4) Fram­ing. Vocab­u­lary. Trig­gers. Men­tion “the envi­ron­ment” or “nature” or “the plan­et” as rea­sons to not frack the eng­lish coun­tryside and you’ll win over every­one who already agrees it’s a bad idea. That’s called wast­ing your time. Speak of “the sanc­ti­ty of the land­scape” and you’ll bring con­ser­v­a­tives to your side. My go-to guy on this is George Mar­shall, founder of Cli­mate Out­reach. Check out his point­ers about how to talk to a con­ser­v­a­tive about cli­mate change.

5) Change behav­iour to change opin­ion, not the oth­er way around.The mind’s need for con­sis­ten­cy means peo­ple will change their opin­ion on their own. Chris Rose uses the exam­ple of how peer pres­sure in a neigh­bour­hood to set a recy­cle bin at the curb can make peo­ple who don’t care about the envi­ron­ment put a bin out — first the ear­ly adopters out of a love of being trend-set­ters and lat­er by the bulk of the bell curve not to be dif­fer­ent from the rest of the com­mu­ni­ty. As if mag­i­cal­ly, if you com­pare the per­cent­age of peo­ple who con­sid­er them­selves envi­ron­men­tal­ly aware before and after they’re putting bins out you’ll see a spike. And a change in atti­tude about oth­er envi­ron­men­tal issues. We like to think that if we make peo­ple care about the envi­ron­ment they’ll recy­cle. Instead, the process is more com­mon­ly: “Wait… I recy­cle, there­fore I must care about the envi­ron­ment.” (They for­get that the real rea­son might have had more to do with Brid­get next door…)

6) (OK, now take a deep breath because this one is hard.) Make some­one feel GREAT about their val­ues. Make them feel con­fi­dent that they’re right about every­thing except the thing you’re try­ing to change. Take iden­ti­ty off the table, and peo­ple are more like­ly to embrace new think­ing.

7) If you’re try­ing to under­mine a myth with a fact, don’t men­tion the myth you’re try­ing to debunk, only the fact you’re try­ing to plant. Repeat­ing the myth rein­forces it.

8) Don’t overkill. If one fact is enough, two might com­plete­ly under­mine your case. If you’re explain­ing why you didn’t go to a par­ty, a sick child is fine. A sick child and a flat tire sounds fishy.

9) Replace the table leg you are tak­ing away. This one’s com­pli­cat­ed, but cen­tres on people’s pref­er­ence of an incor­rect mod­el to an incom­plete one. Tell me that the cause of Trump’s suc­cess wasn’t a big­ot­ed back­lash to a black pres­i­dent, and you absolute­ly have to give me an alter­na­tive rea­son I can put in its place, or I’ll put that leg right back to keep the table from tip­ping, even if you demon­strate it to be sta­tis­ti­cal­ly incor­rect. The psy­cho­log­i­cal study at the root of this is the Ware­house Fire, where sub­jects were told about a blaze that start­ed in a clos­et full of old paint. That fact was lat­er cor­rect­ed to say that ini­tial reports were wrong, and the clos­et turned out to be emp­ty. Nonethe­less, more than half of those who heard the sto­ry recount­ed it lat­er as being start­ed “in the clos­et with the paint cans.” They com­plete­ly ignored or for­got the cor­rec­tion. UNLESS they were told there was anoth­er clos­et filled with oily rags. Nobody blamed the paint cans any more.

10) Get out of your own bub­ble. Prac­tice chang­ing your own mind. Look at the world through the eyes of a dif­fer­ent point of view. I’ve been con­scious­ly prac­tic­ing this of late and have found a cou­ple tools real­ly use­ful. One is AntiPer­sona, and app that lets you choose any twit­ter han­dle and see the world as they see it: to adopt their bub­ble. It’s a very strange and trip­py expe­ri­ence. (Don­ald Trump — who bare­ly fol­lows any­one — sees a twit­ter stream dom­i­nat­ed by Piers Mor­gan tweets)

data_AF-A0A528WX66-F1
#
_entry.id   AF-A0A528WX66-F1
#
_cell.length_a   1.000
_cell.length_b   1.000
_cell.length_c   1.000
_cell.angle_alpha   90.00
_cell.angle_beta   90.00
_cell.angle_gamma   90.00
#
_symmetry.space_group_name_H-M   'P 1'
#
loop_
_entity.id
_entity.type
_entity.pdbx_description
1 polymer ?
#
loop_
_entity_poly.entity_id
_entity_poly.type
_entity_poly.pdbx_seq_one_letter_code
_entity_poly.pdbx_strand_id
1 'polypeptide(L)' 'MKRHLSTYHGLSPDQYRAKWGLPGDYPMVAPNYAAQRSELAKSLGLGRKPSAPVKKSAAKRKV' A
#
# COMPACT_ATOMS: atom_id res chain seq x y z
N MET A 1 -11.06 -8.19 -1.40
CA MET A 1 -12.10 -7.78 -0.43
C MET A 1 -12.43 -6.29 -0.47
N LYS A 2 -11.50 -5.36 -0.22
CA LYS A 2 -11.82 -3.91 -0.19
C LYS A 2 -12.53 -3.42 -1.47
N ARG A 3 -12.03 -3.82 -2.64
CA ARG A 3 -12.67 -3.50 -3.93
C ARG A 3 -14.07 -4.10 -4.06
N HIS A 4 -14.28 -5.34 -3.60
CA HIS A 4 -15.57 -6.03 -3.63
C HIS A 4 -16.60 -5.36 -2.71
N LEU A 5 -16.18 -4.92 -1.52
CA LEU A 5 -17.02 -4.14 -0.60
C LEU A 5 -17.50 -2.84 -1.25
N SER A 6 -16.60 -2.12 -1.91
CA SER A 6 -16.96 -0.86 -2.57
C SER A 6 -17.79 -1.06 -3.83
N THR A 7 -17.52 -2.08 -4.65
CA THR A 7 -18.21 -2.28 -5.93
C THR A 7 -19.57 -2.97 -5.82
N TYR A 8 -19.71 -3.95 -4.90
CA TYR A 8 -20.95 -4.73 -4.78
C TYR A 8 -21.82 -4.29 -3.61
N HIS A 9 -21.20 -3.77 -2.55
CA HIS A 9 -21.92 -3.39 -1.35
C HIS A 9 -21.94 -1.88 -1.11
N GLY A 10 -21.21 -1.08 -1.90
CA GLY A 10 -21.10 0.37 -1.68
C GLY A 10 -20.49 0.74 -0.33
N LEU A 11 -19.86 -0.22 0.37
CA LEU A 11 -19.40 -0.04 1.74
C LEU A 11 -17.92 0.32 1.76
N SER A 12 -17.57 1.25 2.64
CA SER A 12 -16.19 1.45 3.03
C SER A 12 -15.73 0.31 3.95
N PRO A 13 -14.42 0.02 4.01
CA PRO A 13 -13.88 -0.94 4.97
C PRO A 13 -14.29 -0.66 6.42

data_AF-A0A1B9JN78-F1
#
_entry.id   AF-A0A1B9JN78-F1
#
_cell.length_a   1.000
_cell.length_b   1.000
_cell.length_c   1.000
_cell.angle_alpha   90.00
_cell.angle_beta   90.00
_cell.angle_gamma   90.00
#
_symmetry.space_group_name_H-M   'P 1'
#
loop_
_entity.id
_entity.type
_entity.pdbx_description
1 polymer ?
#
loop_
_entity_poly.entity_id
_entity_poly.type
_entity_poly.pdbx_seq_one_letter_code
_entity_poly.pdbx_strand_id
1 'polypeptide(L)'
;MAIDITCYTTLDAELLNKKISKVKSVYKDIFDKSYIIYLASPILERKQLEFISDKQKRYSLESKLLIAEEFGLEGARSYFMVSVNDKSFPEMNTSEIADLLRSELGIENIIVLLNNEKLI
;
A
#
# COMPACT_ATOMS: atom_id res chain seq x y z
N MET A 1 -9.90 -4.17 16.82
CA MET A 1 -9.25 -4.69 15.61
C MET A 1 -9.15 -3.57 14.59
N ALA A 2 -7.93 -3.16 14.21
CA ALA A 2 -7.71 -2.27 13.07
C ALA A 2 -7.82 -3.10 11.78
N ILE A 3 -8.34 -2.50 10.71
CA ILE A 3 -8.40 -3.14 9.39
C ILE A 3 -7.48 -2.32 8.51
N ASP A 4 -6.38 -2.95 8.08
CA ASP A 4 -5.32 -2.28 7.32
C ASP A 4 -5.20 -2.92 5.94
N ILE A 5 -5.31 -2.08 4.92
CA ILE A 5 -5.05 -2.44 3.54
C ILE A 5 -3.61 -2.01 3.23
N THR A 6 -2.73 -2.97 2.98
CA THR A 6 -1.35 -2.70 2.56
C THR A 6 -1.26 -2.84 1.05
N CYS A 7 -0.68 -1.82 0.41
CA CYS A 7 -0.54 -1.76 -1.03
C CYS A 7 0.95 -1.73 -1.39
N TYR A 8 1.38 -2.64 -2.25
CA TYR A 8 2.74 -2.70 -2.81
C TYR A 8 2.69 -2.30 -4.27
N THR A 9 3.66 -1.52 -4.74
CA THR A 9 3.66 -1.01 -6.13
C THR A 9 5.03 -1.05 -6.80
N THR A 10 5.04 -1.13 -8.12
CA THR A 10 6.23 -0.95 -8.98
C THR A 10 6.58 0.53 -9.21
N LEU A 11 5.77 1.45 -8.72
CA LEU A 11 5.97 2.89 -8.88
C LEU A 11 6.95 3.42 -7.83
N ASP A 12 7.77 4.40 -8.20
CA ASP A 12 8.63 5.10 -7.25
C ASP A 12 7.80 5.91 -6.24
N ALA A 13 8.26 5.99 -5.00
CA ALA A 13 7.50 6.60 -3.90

Exam­ine your own beliefs with the same feroc­i­ty that a skep­tic would. Vis­it the bril­liant (and expert­ly mod­er­at­ed) Change My View sub­red­dit, where red­di­tors make a declar­a­tive state­ment and invite argu­ment that might change their mind. Delta points are award­ed for argu­ments that shift someone’s opin­ion and gath­ered in a Delta­log — a fas­ci­nat­ing resource for argu­ment research.  It geing Red­dit, you can post from your own view­point, or you can take on a con­ser­v­a­tive per­sona with a throw­away account and prac­tice argu­ing as effec­tive­ly as you can from the oppo­site view­point. Or grab Can­did, a forum app in which opin­ions are post­ed with­out any iden­ti­ty con­sis­ten­cy, and prac­tice being the most con­vinc­ing con­ser­v­a­tive you can.

And then step out of the bub­ble and the vir­tu­al. Think deeply about how you came to believe what you believe, think about the human expe­ri­ences that shaped your val­ues, and tell that sto­ry face to face with some­one who thinks dif­fer­ent­ly.

In Rules for Rev­o­lu­tion­ar­ies: How Big Orga­niz­ing Can Change Every­thing by Becky Bond and Zack Exley, two Bernie Sanders organ­is­ers who helped cat­alyze a cam­paign that should have been over in two weeks into an ongo­ing rev­o­lu­tion in the Demo­c­ra­t­ic par­ty, dis­miss out of hand the tra­di­tion­al tools of polit­i­cal per­sua­sion. They tell us the gold stan­dard isn’t media buys or tele­vi­sion time or polls or bill­boards or mag­a­zine ads. The  tell us that “the gold stan­dard in any cam­paign for chang­ing hearts and minds is a per­son­al con­ver­sa­tion between a vol­un­teer and a voter at the door or on the phone.”

And the gold stan­dard for those con­ver­sa­tions? The con­ver­sion sto­ry: the sto­ry of how I came to believe what I believe told as a human tale of dis­cov­ery. Not a flur­ry of facts about why you should believe what I believe, but a nar­ra­tive that describes a true per­son­al jour­ney, one that speaks to a shared set of val­ues with your audi­ence. It’s the per­son­al sto­ry at the heart of Mar­shal Ganz’s Sto­ry of Self, Sto­ry of Us, Sto­ry of Now for­mu­la for pur­pose­ful sto­ry­telling.

It’s not the facts that win the day. It’s a sto­ry well told that reveals a set of val­ues that con­nects the sto­ry­teller, the sto­ry, and the lis­ten­er and reminds us of what makes us one rather than what makes us dif­fer­ent, and then opens the door to a con­ver­sa­tion of how we can move for­ward mind­ful, respect­ful, and gen­uine­ly rejoic­ing in those dif­fer­ences.

If you’d like to hear more about sto­ry as the­o­ry of change, join me for a day-long work­shop in Lon­don on March 21st. Reg­is­ter here.